Fiberoptic bronchoscopy; Lung cancer - bronchoscopy; Pneumonia - bronchoscopy; Chronic lung disease - bronchoscopy
Bronchoscopy is a test to view the airways and diagnose lung disease. It may also be used during the treatment of some lung conditions.
A bronchoscope is a device used to see the inside of the airways and lungs. The scope can be flexible or rigid. A flexible scope is almost always used. It is a tube less than one half inch (1 centimeter) wide and about 2 feet (60 centimeters) long. In rare cases, a rigid bronchoscope is used.
Follow instructions on how to prepare for the test. You will likely be told:
The test is most often done as an outpatient procedure, and you will go home the same day. Rarely, some people may need to stay overnight in the hospital.
Local anesthetic is used to relax and numb your throat muscles. Until this medicine begins to work, you may feel fluid running down the back of your throat. This may cause you to cough or gag.
Once the medicine takes effect, you may feel pressure or mild tugging as the tube moves through your windpipe. Although you may feel like you are not able to breathe when the tube is in your throat, there is no risk of this happening. The medicines you receive to relax will help with these symptoms. You will likely forget most of the procedure.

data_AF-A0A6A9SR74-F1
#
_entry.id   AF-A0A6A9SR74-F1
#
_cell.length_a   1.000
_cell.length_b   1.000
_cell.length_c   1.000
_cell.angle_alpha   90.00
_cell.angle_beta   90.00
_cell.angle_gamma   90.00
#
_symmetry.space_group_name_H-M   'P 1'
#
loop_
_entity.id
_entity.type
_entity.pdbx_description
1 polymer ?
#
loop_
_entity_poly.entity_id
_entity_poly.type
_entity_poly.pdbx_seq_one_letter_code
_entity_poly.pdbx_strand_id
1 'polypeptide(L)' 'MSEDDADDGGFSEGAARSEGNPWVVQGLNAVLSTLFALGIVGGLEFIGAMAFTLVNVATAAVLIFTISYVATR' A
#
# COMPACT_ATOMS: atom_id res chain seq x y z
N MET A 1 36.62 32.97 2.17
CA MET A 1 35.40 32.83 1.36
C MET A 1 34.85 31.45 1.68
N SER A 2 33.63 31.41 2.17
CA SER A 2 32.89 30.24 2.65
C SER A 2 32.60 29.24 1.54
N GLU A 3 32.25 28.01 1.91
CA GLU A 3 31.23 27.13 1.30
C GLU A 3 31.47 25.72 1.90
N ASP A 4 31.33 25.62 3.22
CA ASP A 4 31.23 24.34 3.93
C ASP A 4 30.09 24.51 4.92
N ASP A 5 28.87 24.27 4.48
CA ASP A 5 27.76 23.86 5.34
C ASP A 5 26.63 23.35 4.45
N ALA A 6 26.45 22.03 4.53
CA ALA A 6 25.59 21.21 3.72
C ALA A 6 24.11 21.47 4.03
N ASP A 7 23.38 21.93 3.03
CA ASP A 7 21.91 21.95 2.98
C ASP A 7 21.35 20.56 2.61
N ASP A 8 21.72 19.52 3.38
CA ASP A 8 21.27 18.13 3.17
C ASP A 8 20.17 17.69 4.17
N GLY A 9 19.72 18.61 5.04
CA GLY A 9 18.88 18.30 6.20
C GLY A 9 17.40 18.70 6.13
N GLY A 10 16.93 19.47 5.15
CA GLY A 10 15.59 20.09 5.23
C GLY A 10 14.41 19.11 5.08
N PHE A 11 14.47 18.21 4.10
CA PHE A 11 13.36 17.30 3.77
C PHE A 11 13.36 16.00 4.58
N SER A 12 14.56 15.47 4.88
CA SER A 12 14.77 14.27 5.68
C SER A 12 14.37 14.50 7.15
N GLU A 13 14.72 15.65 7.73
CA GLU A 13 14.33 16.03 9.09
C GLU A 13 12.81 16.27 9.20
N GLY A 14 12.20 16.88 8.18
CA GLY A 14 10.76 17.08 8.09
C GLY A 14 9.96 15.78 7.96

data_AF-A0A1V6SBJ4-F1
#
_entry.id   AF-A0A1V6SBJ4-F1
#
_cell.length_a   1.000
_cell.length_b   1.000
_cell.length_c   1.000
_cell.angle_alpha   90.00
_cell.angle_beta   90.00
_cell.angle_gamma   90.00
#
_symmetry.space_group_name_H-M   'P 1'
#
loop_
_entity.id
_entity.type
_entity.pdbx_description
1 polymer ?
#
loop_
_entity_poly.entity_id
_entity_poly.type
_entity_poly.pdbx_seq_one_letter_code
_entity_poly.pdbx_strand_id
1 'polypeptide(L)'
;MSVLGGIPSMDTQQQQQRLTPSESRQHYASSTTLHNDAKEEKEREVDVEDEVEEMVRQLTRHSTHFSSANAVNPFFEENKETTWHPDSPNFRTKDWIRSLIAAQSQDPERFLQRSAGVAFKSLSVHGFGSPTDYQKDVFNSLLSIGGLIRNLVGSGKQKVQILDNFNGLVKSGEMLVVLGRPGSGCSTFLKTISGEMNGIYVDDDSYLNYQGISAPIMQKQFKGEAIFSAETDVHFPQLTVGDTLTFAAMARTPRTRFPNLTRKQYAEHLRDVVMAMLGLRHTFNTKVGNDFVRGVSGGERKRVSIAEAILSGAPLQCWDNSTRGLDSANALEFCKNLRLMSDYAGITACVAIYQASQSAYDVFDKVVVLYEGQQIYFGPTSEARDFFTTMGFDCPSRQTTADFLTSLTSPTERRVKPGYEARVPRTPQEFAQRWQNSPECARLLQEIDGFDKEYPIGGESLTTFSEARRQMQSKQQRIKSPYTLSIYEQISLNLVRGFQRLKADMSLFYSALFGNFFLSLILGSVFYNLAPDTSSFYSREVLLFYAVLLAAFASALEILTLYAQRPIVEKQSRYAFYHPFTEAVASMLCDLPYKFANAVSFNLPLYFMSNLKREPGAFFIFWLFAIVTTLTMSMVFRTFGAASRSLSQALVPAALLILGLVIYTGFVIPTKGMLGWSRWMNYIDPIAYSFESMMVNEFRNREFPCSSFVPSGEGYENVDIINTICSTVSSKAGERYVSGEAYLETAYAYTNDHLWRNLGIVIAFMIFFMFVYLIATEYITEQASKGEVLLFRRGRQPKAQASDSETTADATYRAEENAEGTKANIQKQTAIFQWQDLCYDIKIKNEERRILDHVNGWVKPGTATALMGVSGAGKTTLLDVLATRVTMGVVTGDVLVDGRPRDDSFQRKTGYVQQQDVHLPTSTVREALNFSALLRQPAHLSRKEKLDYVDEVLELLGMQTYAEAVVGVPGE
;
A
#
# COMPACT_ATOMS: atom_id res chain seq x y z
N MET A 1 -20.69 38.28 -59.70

When the anesthetic wears off, your throat may be scratchy for several days. After the test, your ability to cough (cough reflex) will return in 1 to 2 hours. You will not be allowed to eat or drink until your cough reflex returns.
You may have a bronchoscopy to help your provider diagnose lung problems. Your provider will be able to inspect your airways or take a biopsy sample.
Common reasons to do a bronchoscopy for diagnosis are:
You may also have a bronchoscopy to treat a lung or airway problem. For example, it may be done to:
Normal results mean normal cells and fluids are found. No foreign substances or blockages are seen.
Many disorders can be diagnosed with bronchoscopy, including:
Main risks of bronchoscopy are:
There is also a small risk for:
Risks when general anesthesia is used include:
Christie NA. Operative otolaryngology: bronchoscopy. In: Myers EN, Snyderman CH, eds. Operative Otolaryngology Head and Neck Surgery. 3rd ed. Philadelphia, PA: Elsevier; 2018:chap 18.
Kupeli E, Mehta AC. Diagnostic bronchoscopy. In: Broaddus VC, Ernst JD, King TE, et al, eds. Murray and Nadel's Textbook of Respiratory Medicine. 6th ed. Philadelphia, PA: Elsevier; 2022:chap 26.
Weinberger SE, Cockrill BA, Mandel J. Evaluation of the patient with pulmonary disease. In: Weinberger SE, Cockrill BA, Mandel J, eds. Principles of Pulmonary Medicine. 7th ed. Philadelphia, PA: Elsevier; 2019:chap 3.BACK TO TOP
Review Date: 1/20/2022
Reviewed By: Denis Hadjiliadis, MD, MHS, Paul F. Harron, Jr. Associate Professor of Medicine, Pulmonary, Allergy, and Critical Care, Perelman School of Medicine, University of Pennsylvania, Philadelphia, PA. Also reviewed by David Zieve, MD, MHA, Medical Director, Brenda Conaway, Editorial Director, and the A.D.A.M. Editorial team.
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